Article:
The last day for online add/drop this year — Tuesday, Sept. 6 — was even more poorly planned than the fact that Meliora

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Weekend consistently coincides with midterms. Given that classes started on a Wednesday and that there were no Monday classes because of Labor Day, there was only a four-day window of time during which students could change their schedules online. In comparison to the Fall 2010 semester, this semester had two fewer days of classes before the online add/drop period ended.

Another — perhaps more striking — issue is that the University offers over 140 classes that meet only on Tuesdays, so for some students, the last day of online add/drop was also their very first day of a class. This suggests that a student is expected to already know after only one day whether he or she will drop or stay with that class.

The short-lived existence of online add/drop is especially confusing in the face of the considerably later deadline for manual add/drop, which is Tuesday, Sept. 27 — far beyond the point in the semester when any student could effectively add a class and catch up on the work.

Additionally, the overly complicated process of manual add/drop only exacerbates the problem of online add/drop ending so soon. Were it as simple as walking into Lattimore 312, filling out a yellow add/drop form and walking away, then perhaps it would not even be worth mentioning that the timing of this year’s online add/drop deadline is ridiculous.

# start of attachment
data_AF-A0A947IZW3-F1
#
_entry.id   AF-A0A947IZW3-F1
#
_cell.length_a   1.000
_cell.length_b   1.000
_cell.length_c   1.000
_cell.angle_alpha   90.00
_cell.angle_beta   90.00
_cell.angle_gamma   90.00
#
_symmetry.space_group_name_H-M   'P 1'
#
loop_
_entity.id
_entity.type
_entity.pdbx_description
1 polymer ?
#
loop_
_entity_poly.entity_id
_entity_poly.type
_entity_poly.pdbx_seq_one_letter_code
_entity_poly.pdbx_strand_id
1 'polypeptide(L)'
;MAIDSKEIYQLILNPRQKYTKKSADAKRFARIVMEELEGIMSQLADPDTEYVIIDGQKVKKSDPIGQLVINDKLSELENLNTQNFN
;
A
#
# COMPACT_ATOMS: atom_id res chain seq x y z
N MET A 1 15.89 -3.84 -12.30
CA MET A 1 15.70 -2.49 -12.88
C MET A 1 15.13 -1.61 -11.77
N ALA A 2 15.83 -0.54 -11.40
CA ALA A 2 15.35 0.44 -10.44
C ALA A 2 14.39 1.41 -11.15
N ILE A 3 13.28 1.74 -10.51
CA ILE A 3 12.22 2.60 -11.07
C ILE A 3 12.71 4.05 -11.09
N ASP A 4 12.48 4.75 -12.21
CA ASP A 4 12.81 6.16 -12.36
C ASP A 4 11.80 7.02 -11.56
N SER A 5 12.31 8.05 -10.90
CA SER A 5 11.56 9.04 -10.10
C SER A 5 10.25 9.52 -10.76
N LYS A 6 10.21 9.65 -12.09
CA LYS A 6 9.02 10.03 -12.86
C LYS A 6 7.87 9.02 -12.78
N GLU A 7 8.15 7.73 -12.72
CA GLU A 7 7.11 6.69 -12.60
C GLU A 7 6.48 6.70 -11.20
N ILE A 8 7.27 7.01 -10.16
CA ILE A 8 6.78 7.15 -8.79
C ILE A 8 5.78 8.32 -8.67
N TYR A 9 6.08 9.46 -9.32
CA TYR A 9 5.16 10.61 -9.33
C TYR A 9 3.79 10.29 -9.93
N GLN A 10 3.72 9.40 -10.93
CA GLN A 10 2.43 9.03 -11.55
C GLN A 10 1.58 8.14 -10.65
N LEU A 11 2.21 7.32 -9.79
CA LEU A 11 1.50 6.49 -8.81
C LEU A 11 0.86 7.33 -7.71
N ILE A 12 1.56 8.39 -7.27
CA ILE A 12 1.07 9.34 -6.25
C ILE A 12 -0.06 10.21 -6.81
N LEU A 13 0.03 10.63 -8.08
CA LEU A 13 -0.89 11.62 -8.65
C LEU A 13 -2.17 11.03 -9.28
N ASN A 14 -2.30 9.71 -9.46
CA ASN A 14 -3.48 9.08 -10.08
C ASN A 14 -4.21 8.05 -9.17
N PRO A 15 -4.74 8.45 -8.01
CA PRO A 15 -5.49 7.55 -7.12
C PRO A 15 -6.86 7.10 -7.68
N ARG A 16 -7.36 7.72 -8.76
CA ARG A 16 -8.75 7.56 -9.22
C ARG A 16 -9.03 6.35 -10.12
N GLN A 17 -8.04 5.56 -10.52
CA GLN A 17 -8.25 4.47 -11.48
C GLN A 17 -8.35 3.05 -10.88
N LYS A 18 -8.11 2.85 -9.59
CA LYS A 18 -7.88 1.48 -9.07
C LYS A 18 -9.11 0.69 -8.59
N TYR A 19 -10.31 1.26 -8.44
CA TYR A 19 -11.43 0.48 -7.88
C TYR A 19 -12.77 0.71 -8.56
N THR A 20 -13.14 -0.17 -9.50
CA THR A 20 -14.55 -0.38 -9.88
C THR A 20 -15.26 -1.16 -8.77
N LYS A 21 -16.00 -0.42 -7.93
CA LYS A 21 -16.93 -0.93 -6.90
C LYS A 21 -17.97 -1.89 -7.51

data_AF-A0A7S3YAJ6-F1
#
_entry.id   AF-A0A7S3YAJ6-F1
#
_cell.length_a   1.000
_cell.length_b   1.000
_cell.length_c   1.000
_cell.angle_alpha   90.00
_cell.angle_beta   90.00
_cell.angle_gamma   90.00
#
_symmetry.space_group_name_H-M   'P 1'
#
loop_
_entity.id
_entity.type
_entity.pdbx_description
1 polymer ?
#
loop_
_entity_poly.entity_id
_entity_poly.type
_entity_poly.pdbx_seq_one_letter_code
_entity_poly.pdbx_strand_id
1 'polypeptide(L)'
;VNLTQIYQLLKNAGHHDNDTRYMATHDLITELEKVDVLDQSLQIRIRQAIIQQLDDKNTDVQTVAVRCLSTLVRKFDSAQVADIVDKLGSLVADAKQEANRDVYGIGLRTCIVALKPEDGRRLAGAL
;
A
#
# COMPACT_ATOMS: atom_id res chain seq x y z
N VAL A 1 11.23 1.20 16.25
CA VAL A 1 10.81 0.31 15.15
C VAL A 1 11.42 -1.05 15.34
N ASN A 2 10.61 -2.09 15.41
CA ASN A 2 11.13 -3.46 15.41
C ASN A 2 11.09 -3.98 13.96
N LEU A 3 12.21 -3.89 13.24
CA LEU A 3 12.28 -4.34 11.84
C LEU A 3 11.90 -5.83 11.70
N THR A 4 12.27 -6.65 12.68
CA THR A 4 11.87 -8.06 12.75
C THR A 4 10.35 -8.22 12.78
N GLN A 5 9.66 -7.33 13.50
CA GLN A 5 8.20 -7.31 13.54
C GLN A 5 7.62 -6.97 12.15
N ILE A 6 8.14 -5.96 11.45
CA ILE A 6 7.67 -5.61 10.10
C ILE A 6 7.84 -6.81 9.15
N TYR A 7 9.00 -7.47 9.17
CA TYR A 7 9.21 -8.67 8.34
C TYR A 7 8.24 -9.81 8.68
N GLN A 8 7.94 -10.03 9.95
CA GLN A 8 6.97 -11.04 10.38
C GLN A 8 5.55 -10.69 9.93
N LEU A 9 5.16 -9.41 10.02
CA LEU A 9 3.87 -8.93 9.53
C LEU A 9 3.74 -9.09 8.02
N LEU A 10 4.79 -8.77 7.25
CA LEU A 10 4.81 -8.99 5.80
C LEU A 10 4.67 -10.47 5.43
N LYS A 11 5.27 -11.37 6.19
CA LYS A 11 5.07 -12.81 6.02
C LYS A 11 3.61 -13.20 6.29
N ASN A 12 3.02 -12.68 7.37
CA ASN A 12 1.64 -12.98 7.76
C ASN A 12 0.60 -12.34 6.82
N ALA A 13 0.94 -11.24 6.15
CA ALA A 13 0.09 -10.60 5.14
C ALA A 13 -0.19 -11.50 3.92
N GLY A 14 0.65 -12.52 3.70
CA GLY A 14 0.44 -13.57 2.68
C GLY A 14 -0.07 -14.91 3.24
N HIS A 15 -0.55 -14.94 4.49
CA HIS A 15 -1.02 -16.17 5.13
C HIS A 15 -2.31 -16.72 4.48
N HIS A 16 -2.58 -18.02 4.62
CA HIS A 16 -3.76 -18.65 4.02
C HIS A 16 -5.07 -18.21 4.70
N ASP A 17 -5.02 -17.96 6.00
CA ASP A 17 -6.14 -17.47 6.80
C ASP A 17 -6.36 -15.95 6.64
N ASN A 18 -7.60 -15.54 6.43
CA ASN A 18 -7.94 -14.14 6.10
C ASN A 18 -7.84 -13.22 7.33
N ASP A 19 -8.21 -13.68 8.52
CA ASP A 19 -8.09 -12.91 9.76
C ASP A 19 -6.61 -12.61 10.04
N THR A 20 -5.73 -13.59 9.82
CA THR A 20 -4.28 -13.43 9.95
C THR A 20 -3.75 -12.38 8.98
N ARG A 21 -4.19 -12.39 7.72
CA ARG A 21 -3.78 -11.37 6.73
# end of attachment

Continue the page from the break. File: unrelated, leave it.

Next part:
However, the manual process is laborious and inconsistent, depending on a variety of personal situations such as class year, major declaration status, GPA and schedule overloads. The online system, despite the occasional server crash during peak registration times, provides a much easier and more straightforward process for students to finalize their schedules.

If the system for manual add/drop were smoother, then it wouldn’t be necessary to lengthen the time of online add/drop but as it is now, students inarguably need more than four days to figure out their schedules — especially since it takes some of us three years just to figure out our majors.

To all the overachievers out there

If you’re wasting the most amazing years of your life stressing about the future and always working, you’re ruining yourself.

Hard work can’t beat talent… or can it?

Talent is not what most people think it is. The good news is that most of the people we think are talented are actually just really well-disciplined, and we can learn to do the same.

Research at Rochester: iGEM Team Saptasense finds sustainable solutions for maple sap

To what extent are they able to pursue their own experimental endeavors? iGEM’s Team Saptasense certainly found out over the course of this past summer and fall semester.